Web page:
I am quite ambivalent about Nicholas A. Christakis' recent op-ed piece. (Fabio likes it, though, and has this today, too.) Christakis' basic argument is that the social sciences are becoming irrelevant because of complacency and redundancy. Moreover, he argues, by not changing the names of our departments or inventing interdisciplinary crossover programs to replace the established, "boring" disciplines of old, we are losing the prestige fight to the natural sciences. He wants us to declare victory over old issues and move on to new ones that are at "the intersection of the natural and social sciences." I agree with Christakis that the social sciences are at risk of becoming irrelevant and could use some shaking up, but he and I seem to diverge over both the causes of that irrelevancy and the solutions.
To start, a few loosely organized critiques.
First, we already had this positivist conversation several decades ago. Sociology has largely gotten over its inferiority complex vis-à-vis the natural sciences. The niche we have found for ourselves--a powerful and super-disciplinary position, I would argue--is to borrow the best of positivism from the natural sciences and the best of interpretivism from the humanities. Sociology, and most of the other social sciences, bridge these two methodological realms in a way that is quite productive. We do not need blindly to revisit our past.
Second, the experimental method cannot answer most of the research questions posed by sociology. (Here is Orgtheory's fun take.) This is Research Methods 101 and not a fruitful direction.
Third, the interwebs are a powerful thing and can be a great tool, but social scientists don't typically (or at least shouldn't typically) use the internet for our research because those with internet access and know-how (i.e. white, non-poor, non-rural and educated) are not representative of the larger population. For all of its advantages, internet-based research can be highly problematic.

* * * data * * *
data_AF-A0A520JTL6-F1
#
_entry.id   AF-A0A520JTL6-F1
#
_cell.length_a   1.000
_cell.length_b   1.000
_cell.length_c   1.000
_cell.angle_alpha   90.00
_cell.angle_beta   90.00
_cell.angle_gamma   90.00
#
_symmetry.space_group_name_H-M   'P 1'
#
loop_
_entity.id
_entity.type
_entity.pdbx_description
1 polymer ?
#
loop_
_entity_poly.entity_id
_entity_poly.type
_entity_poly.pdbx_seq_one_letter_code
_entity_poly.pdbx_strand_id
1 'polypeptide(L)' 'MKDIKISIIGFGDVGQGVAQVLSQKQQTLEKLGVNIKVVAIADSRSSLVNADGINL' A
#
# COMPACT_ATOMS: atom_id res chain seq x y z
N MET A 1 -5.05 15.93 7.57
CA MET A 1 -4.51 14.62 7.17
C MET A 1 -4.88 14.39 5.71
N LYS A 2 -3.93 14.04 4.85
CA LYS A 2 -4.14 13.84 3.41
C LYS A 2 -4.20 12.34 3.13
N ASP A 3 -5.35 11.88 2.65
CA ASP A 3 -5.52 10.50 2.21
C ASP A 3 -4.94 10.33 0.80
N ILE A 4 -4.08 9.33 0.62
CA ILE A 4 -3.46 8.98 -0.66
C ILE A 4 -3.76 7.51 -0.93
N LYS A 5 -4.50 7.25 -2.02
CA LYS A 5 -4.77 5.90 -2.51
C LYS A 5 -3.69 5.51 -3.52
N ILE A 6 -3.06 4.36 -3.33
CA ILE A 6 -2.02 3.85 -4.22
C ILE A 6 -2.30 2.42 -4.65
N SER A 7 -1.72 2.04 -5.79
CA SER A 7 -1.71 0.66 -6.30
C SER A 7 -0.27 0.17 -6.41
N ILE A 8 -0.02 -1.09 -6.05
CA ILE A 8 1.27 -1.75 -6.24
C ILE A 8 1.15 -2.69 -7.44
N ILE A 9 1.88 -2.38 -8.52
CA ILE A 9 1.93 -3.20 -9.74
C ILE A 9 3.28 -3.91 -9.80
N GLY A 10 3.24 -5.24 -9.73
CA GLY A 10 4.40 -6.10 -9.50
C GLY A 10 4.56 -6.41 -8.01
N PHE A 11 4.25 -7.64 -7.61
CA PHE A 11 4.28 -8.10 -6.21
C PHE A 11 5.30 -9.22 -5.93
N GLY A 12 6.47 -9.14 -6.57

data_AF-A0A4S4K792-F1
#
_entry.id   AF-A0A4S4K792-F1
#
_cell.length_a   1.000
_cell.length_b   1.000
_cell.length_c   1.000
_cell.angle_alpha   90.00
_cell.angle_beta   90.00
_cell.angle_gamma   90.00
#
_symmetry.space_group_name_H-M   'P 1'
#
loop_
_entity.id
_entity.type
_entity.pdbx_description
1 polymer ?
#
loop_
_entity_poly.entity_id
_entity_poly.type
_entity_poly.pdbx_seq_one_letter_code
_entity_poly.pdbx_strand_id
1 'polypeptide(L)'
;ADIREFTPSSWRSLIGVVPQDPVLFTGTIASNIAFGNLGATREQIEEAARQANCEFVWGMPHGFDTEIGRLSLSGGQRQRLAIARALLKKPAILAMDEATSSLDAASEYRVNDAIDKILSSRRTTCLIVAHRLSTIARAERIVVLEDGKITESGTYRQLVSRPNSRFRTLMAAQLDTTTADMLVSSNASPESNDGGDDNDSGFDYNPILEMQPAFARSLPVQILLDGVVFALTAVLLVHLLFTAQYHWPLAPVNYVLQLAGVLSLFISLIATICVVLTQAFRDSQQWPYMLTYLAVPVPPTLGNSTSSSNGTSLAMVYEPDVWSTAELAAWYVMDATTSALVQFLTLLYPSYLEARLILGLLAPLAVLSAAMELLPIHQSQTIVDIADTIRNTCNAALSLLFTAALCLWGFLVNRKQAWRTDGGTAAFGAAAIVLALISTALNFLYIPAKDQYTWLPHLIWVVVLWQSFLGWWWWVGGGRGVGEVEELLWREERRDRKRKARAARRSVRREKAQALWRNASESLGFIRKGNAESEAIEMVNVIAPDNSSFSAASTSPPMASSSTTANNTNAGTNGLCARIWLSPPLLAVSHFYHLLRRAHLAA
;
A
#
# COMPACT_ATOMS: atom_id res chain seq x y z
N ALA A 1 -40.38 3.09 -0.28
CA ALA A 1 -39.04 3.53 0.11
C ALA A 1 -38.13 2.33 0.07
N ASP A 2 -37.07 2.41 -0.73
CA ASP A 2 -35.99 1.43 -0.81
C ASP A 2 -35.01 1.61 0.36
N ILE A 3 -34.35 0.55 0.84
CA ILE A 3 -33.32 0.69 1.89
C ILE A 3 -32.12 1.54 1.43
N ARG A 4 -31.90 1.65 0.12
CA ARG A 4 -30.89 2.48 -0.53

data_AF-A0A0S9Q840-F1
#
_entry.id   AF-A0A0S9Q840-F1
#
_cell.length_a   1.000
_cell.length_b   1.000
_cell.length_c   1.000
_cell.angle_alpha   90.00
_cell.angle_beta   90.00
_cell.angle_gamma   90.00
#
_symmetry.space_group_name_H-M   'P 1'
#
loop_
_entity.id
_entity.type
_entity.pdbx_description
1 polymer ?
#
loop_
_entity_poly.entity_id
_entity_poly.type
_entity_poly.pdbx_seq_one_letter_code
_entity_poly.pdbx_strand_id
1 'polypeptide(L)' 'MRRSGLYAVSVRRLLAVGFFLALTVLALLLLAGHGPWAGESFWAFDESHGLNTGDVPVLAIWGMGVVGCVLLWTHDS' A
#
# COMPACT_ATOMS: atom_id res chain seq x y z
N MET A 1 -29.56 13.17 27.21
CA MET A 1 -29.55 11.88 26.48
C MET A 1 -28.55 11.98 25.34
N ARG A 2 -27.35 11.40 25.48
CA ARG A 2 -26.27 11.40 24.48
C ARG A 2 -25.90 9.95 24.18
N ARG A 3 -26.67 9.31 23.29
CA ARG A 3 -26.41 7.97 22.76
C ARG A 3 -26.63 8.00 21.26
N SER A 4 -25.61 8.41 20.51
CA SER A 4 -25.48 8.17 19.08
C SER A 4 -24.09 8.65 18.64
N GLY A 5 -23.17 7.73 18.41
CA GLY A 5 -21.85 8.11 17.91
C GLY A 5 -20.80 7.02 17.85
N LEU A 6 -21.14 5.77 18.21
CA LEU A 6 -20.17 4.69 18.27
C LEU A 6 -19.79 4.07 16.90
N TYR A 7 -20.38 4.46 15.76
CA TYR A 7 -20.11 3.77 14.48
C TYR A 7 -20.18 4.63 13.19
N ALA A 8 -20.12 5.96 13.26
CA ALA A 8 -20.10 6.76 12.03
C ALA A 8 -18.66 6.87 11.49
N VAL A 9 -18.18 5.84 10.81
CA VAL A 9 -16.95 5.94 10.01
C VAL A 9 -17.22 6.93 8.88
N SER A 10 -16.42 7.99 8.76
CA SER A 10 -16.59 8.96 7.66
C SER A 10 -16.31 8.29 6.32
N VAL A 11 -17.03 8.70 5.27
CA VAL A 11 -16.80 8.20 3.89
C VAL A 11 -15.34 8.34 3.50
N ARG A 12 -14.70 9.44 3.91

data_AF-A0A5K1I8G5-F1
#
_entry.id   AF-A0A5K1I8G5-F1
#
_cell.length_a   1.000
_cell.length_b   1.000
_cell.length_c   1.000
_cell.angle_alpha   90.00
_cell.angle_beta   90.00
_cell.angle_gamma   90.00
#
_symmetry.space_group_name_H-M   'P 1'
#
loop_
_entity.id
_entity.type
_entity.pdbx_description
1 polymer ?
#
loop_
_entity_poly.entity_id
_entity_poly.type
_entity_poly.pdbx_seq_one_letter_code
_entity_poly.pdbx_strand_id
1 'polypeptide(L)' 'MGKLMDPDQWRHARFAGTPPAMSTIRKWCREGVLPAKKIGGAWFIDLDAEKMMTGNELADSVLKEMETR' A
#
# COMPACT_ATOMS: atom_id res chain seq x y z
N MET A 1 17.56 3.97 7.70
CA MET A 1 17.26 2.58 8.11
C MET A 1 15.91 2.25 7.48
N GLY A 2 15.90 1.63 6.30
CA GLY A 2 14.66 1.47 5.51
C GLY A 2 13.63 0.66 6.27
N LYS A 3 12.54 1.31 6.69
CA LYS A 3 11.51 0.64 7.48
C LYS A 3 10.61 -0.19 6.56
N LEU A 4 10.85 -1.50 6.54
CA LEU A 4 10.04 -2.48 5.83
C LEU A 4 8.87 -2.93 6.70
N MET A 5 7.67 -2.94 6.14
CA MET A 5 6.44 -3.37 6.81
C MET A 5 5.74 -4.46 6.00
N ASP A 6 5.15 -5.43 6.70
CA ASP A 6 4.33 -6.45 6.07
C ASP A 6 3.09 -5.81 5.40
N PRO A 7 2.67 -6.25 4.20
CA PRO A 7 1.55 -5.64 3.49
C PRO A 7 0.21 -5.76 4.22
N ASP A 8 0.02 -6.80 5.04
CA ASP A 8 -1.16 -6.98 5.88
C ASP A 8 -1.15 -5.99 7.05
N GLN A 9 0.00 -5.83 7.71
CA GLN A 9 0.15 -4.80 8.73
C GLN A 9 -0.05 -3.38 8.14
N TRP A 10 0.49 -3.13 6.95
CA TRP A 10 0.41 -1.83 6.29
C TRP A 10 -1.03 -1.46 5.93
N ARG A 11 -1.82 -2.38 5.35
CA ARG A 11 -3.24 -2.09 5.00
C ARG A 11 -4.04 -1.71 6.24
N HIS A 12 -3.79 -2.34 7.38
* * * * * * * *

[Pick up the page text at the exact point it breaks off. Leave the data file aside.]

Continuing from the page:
Fourth, inventing new academic departments with flavor-of-the-month titles doesn't seem all that productive to me. It's formal bureaucratic change without any underlying substantive progress. There are plenty of social scientists doing interdisciplinary research, and indeed, we should be doing even more. I'm not convinced that organizational realignment will facilitate this, though.
Finally, and I think most importantly, Christakis thinks that we harp too often on things that "everyone knows." I continue to teach and study what "everyone knows" because consistently my students show up to my classes believing the opposite of what "everyone knows." I would argue that not only does the average person not know the central findings of the social sciences but that many people are part of a culture that actively opposes our "everyone knows" claims in spite of our overwhelming evidence. I think this is the true heart of the issue. The social sciences offer inconvenient, complex, and nuanced answers to a public who want easy, simple, and absolute.
In way of closing, let me point to my post from yesterday. We do a pretty poor job in the United States of introducing our young people to the social sciences. For all of the public concern over the dearth of math and (natural) science in our schools, compared to social sciences, we're doing an excellent job on that front. What we teach in our primary and secondary schools in the U.S. and typically call "Social Studies" is a watered-down, non-critical version of history and cultural anthropology. (Please do not read that as a slight against either of those disciplines.) Revitalizing the social sciences should really be less about what we academics are doing and more about how the public is consuming what we are doing. Oh, gosh; did this just turn into yet another call for public sociology?